Step #4: Seek Professional Representation
Consider seeking the help of a tax professional, such as a Minnesota tax attorney, to represent you during the audit. Here are some of the ways they can help:
- Provide Legal Representation: A tax lawyer can represent you during the audit process and handle all communication with the IRS or MDR on your behalf. This can help alleviate some of the stress and anxiety that comes with being audited and ensure that your rights are protected throughout the process.
- Explain Your Responsibilities: An experienced tax attorney will help you understand what information the IRS or MDR needs from you during the audit process and can even assist you in collecting documentation.
- Review Your Tax Return: Your lawyer can review your tax return, identify any potential issues or areas of concern that may arise during the audit, and help you address these issues.
- Negotiate with the IRS: If the audit results in proposed adjustments to your tax return, a tax lawyer can negotiate with the IRS or MDR on your behalf to try to reduce the amount of any additional taxes, penalties, or interest owed.
- Represent You During an Appeal: If you disagree with an IRS or MDR finding, your attorney can appeal it. There are several ways taxpayers can appeal an IRS or MDR decision, including:
- Administrative Appeals: You can request a conference with an appeals officer within the IRS Office of Appeals or or MDR Appeals and Legal Services Division. This officer is an IRS or MDR employee who can help resolve disputes between you and the IRS or MDR.
- Alternative Dispute Resolution (ADR): ADR is a process in which a neutral third party helps resolve a dispute between you and the IRS. It can be less formal and more flexible than the traditional appeals process.
- Tax Court: If you are unable to resolve the dispute through administrative appeals or ADR, your attorney can file a petition with the United States Tax Court, which hears cases related to federal tax issues or Minnesota Tax Court,which hears cases concerning state sales and income tax issues.
Step #5: Be Cooperative
If you cooperate with the IRS or MDR during an audit, the process will go more smoothly and the risk of penalties can be reduced. In addition to responding promptly to the original notice and organizing all relevant information, you can:
- Be professional and respectful in all communications with the IRS or MDR. Avoid making accusatory or confrontational statements, and focus on presenting your case in a clear and concise manner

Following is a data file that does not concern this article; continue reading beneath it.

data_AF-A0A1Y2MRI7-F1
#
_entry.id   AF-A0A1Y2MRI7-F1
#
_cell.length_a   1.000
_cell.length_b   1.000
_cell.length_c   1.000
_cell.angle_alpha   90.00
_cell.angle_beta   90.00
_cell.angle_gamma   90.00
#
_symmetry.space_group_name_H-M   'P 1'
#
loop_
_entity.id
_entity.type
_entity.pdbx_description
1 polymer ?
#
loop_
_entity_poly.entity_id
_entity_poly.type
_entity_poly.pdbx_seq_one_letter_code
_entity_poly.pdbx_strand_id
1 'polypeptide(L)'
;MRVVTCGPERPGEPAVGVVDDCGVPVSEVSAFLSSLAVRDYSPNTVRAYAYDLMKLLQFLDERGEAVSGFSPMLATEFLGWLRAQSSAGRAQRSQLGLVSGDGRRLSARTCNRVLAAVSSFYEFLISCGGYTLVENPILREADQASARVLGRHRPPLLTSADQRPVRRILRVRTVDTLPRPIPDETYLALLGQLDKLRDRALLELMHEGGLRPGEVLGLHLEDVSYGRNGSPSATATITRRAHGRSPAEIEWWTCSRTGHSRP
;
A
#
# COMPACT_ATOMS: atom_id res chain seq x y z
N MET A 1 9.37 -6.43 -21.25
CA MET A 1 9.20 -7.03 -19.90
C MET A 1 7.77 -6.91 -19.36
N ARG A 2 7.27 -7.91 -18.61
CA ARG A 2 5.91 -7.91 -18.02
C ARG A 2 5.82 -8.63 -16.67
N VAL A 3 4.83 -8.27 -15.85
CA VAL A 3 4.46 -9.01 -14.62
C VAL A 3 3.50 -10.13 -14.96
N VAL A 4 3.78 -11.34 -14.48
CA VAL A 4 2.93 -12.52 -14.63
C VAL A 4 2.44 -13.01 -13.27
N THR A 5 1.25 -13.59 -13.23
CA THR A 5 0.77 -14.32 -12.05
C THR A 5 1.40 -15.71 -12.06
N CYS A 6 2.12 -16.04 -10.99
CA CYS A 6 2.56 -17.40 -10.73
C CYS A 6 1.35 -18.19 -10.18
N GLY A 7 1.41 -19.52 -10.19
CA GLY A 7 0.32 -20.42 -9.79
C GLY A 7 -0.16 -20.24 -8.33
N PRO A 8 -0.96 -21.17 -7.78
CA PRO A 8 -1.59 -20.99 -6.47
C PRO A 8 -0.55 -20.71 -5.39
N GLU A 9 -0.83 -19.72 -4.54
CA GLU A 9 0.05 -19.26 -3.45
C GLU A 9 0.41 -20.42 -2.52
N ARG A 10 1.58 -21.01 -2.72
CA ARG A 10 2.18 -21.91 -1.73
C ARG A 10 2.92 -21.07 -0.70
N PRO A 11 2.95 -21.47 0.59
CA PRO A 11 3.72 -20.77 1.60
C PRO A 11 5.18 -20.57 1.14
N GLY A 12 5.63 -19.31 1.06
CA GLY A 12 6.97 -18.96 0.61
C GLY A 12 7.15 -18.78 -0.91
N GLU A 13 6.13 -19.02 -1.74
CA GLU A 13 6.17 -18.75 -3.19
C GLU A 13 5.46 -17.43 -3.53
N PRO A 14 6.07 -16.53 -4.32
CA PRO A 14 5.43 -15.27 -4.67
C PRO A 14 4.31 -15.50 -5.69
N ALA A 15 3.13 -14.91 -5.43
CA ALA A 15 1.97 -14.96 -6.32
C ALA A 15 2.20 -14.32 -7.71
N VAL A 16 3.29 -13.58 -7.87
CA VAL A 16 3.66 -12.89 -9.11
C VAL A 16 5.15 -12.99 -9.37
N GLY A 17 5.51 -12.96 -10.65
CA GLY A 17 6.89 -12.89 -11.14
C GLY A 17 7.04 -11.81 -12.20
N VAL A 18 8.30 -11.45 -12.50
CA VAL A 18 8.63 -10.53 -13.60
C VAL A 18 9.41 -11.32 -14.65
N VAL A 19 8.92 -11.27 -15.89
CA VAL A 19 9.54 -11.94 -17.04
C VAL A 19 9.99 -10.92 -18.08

- Ask for clarification when needed. Don’t hesitate to ask for more information if you’re not sure what the IRS or MDR is asking for. Confirming what’s needed beforehand is better than providing incomplete or incorrect information.
How to Handle Avoid a Tax Audit in 2023
Next to “What if I get audited in Minnesota?” your biggest question may be how to handle or avoid a tax audit in 2023.
While there is no guaranteed way to completely avoid an IRS or MDR tax audit, there are some steps you can take to reduce your chances of being selected. Here are some tips:
- Ensure that your tax return is accurate and free of errors. Double-check all calculations and verify that all information is entered correctly.
- Keep detailed and organized records of all income, expenses, and deductions. This will make it easier to both prepare your tax return and provide documentation later if needed.
- Ensure that your tax return is consistent with prior years’ returns. Any significant changes in income or deductions may trigger an audit.
- Report all income, including any side jobs or self-employment income. The IRS receives copies of all tax forms, so failing to report income can increase your chances of being audited.
- Only claim deductions you are entitled to and can substantiate with documentation. Claiming excessive deductions may trigger an audit.
- E-filing your tax return may reduce your chances of being audited. When you file electronically, you can identify many potential errors beforehand.
- Consider consulting a tax professional or accountant to help prepare your tax return. A professional can ensure that your return is accurate and may be able to identify potential issues before you file.
Have You Been Selected for an IRS Audit? Call Us!
Tax audits can be an intrusive and frustrating experience. If you have received notice that you are facing an office or field audit, your next step should be to contact a Minnesota tax lawyer.
Individuals and businesses facing an audit typically seek the assistance of an accountant or other tax professional. Although these professionals can offer valuable advice, they may also be forced to reveal confidential financial information. The attorney-client privilege will protect your information if you hire a tax lawyer.
At Pridgeon & Zoss, PLLC, we help individuals, businesses, and organizations navigate the auditing process. Time and again, our straightforward, strategic approach to tax law has led to favorable results. For more information or to schedule a consultation, contact us today.